The Brookings Institution hosts a discussion on foreign policy in the 2012 election, from the interconnected global economy to the ways that foreign events might affect the debate.
While the candidates have been largely focused on the economy and social issues, President Obama's recent weekend of diplomacy at the G-8 and NATO Summits has brought a few issues to the fore, including the war in Afghanistan, aid to countries experiencing revolt or revolution in the Middle East, and relations with Russia.
Mitt Romney has been criticized for his position that Russia is America's great foreign policy foe, including by Former Secretary of State Colin Powell, who served under two Republican presidents, but endorsed Barack Obama in the 2008 election. Sec. Powell has declined to endorse either candidate in this year's election, so far.
The Romney campaign and his fellow Republicans have seized on an "open-mic" moment that the President had during a meeting with former Russian President Dmitry Medvedev where he asked him to be patient until after the election. The Republicans have said that the President's remarks indicated he would likely capitulate to Russia's demands on missile defense and other issues if he was re-elected.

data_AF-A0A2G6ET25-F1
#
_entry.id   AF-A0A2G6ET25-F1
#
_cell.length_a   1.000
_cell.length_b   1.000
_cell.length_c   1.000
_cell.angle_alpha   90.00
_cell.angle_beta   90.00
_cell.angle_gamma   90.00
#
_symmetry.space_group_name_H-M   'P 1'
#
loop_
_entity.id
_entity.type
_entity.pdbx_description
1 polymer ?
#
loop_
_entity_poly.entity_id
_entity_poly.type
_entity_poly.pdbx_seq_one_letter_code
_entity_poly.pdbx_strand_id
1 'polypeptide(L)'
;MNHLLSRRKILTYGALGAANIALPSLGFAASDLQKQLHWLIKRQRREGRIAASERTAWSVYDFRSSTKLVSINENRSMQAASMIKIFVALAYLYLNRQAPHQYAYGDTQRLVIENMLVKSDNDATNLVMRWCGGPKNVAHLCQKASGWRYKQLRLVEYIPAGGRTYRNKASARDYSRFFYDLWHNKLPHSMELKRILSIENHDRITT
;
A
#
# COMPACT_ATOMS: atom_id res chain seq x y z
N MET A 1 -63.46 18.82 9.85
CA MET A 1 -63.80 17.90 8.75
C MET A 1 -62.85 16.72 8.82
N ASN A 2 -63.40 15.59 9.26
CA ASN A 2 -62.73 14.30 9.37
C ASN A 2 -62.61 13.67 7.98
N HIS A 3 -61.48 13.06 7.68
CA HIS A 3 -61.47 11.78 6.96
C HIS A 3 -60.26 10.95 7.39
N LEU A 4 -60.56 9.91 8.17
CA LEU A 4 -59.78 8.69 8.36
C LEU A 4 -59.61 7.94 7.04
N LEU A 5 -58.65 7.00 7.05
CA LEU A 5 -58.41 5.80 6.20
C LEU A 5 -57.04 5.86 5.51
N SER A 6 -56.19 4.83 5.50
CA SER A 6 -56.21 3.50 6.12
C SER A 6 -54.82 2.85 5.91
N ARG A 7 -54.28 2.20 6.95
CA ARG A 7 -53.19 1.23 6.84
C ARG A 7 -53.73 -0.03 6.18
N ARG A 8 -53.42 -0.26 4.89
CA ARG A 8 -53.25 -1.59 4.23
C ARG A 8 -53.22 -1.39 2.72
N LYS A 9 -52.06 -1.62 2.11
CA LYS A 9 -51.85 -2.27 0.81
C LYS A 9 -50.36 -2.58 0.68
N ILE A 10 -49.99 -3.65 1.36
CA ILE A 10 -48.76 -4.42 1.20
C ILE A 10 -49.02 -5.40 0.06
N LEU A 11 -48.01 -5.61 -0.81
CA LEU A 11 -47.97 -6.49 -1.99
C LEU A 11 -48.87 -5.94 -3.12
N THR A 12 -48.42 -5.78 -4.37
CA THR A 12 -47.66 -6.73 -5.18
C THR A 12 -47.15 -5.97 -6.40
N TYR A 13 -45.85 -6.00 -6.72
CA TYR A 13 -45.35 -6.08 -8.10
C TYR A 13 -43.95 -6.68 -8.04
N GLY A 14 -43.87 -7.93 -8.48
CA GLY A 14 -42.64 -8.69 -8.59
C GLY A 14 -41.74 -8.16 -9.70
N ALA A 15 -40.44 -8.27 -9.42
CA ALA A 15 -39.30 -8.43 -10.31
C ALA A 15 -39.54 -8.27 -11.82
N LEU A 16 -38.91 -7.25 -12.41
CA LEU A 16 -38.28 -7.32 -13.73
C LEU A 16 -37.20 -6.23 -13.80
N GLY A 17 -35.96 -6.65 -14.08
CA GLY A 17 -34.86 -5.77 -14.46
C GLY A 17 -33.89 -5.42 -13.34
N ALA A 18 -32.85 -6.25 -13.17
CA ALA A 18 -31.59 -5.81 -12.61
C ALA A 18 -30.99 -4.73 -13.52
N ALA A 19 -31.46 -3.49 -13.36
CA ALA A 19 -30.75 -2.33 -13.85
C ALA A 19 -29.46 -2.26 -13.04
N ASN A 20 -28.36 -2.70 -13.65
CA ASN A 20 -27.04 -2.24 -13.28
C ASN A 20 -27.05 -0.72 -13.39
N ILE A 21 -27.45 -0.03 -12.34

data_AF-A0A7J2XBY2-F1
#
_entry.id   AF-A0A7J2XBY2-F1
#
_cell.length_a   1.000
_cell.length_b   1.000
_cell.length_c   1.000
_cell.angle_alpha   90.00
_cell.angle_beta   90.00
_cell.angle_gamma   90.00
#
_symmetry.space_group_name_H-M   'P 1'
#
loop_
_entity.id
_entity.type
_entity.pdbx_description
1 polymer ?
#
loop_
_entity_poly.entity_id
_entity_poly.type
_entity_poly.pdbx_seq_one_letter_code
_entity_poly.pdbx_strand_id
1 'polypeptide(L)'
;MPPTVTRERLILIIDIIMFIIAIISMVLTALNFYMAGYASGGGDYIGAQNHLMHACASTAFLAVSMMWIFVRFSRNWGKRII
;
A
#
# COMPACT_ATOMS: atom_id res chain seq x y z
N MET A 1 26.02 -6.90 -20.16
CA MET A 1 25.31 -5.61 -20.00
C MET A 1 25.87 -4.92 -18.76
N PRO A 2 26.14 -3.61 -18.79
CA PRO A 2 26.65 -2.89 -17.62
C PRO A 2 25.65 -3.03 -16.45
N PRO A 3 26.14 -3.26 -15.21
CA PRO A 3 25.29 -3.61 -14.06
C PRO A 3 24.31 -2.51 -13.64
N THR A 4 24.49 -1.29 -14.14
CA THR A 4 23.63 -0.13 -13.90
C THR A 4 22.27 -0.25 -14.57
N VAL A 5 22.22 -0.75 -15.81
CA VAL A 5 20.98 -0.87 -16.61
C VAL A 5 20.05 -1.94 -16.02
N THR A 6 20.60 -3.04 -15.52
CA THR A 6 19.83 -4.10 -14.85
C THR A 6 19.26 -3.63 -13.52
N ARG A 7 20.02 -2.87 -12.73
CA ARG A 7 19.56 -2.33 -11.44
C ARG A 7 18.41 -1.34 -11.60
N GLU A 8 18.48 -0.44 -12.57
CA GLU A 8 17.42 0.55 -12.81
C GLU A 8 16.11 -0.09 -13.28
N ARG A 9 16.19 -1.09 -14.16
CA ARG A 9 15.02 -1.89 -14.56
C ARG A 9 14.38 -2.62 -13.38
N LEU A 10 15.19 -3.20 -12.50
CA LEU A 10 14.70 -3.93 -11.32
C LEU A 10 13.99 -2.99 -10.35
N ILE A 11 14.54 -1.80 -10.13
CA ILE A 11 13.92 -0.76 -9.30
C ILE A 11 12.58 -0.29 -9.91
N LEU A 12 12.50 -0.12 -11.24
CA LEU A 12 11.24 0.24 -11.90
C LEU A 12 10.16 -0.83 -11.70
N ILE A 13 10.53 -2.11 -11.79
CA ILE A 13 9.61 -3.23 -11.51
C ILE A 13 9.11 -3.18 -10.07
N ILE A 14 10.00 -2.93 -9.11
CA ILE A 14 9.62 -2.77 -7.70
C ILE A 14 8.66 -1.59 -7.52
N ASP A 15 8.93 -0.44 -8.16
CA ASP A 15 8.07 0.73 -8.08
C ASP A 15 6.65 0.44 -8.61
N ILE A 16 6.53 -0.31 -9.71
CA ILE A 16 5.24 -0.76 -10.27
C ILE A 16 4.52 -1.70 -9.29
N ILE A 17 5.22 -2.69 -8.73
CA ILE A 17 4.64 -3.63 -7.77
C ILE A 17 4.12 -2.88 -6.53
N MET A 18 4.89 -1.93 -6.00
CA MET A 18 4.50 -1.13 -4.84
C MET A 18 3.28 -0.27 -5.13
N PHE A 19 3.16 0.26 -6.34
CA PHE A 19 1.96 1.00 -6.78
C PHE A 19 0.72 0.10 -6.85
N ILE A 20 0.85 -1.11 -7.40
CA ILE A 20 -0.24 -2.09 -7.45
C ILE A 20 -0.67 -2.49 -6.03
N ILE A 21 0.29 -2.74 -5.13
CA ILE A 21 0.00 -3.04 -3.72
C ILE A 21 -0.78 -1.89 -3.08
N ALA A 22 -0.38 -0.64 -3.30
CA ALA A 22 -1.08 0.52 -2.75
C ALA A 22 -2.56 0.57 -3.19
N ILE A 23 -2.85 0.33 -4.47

Republicans have also criticized the President's response to the uprising in Syria and his commitment to pull troops out of Afghanistan by the end of 2014.
The Romney campaign began a series of policy speeches this week with an address to Latino business owners on the subject of education policy. It is expected that he will use one of those speeches to address his foreign policy views more specifically.
The Brookings Institution event will coincide with the release of three policy papers concerning U.S. reliance on the global economy and its intersection with global reliance on U.S. military power, the effect of domestic politics on U.S. foreign policy, and how political polarization in the U.S. affects its ability to act on global goals.
Participants include Edward-Isaac Dovere, deputy White House editor at Politico; Strobe Talbott, president of The Brookings Institution; Bruce Jones, senior fellow and director of Managing Global Order at The Brookings Institution; Homi Kharas, senior fellow and deputy director of Global Economy and Development at The Brookings Institution; and Benjamin Wittes, senior fellow at The Brookings Institution